KOCHI: In pursuit of a unique culinary experience during travels, tourists have been known to try their hand at learning ethnic cuisines. As the land of spices, Kerala offers a great potential to explore the sumptuous possibilities of culinary tourism, as this is a hitherto unearthed opportunity.
Tourists are coming to the state in large numbers, first to eat and then to learn how to prepare these dishes. Since about 50 per cent of the 1.17 crore travellers who came to Kerala in 2013 consists of ladies, culinary tourism is all set to take off in a grand way in Kerala.
Culinary tourism is defined as the pursuit of unique and memorable dining experiences. By combining travel with a chance to experience its local cuisine, culinary tourism offers both locals and tourists an authentic taste of the place. As part of the Village Tourism project, culinary tourism is already in place at Kochi, Kumbalangi, Kumarakom, Vaikom and Kovalam. The Ethnic Food Restaurant Samridhi at Kumarakom made a revenue of `78 lakh during the last tourist season alone.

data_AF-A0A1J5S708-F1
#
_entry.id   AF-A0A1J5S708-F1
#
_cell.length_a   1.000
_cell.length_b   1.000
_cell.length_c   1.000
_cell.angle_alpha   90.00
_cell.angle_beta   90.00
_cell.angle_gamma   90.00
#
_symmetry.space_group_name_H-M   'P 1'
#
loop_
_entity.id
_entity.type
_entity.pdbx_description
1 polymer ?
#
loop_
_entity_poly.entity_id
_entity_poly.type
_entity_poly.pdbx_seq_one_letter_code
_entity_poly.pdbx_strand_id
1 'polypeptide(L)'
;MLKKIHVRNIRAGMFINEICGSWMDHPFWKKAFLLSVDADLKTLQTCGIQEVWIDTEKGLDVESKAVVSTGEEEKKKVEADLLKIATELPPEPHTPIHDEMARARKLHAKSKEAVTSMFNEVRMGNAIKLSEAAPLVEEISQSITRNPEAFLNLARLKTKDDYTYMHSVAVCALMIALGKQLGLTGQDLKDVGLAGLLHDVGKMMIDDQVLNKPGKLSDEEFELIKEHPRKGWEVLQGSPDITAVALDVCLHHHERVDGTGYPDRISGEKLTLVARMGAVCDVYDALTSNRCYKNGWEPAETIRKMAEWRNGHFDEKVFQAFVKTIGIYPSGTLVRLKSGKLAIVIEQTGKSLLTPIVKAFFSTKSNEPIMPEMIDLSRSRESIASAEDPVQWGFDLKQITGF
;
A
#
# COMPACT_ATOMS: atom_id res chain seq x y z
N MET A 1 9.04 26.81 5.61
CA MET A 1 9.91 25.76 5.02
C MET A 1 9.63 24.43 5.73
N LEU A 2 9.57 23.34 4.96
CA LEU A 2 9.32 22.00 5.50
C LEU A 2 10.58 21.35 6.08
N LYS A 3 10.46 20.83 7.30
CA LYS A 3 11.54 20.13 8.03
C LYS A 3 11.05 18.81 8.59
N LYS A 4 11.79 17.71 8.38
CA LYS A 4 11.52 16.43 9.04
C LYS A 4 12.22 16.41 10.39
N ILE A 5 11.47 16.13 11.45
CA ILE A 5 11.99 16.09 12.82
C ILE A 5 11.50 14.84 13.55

“When we started the Responsible Tourism project in 2008, local dishes were served to tourists from the houses at Kumarakom. It became an instant hit and many well-known hotels started to look for local women who make good food. As part of providing culinary experience, projects like ‘A Day With A Fisherman’ at Kumarakom and ‘Learning to Milk a Cow and Make Products from It’ at Kovalam are already in place. Many such experiments are happening in various places across the state. Foreign tourists are learning to make tea in Kerala style,” said Responsible Tourism Project state coordinator Roopeshkumar.
“Domestic as well as foreign tourists are interested in culinary experiences. It is a new area that can be promoted in a big way. In the ancient times as well, people came to Kerala for spices. Hence Kerala delicacies were known world wide long ago. In order to make the visit to Kerala a memorable experience, culinary tourism can play a major role,” said Abad Hotel and Resorts managing director Riyaz Ahammed.
He said that recently a group of women from North India came to Kochi only to learn the art of making Kerala dishes. According to Kerala Tourism’s former director S Harikishore, culinary tourism is the least explored area in the tourism sector in the state.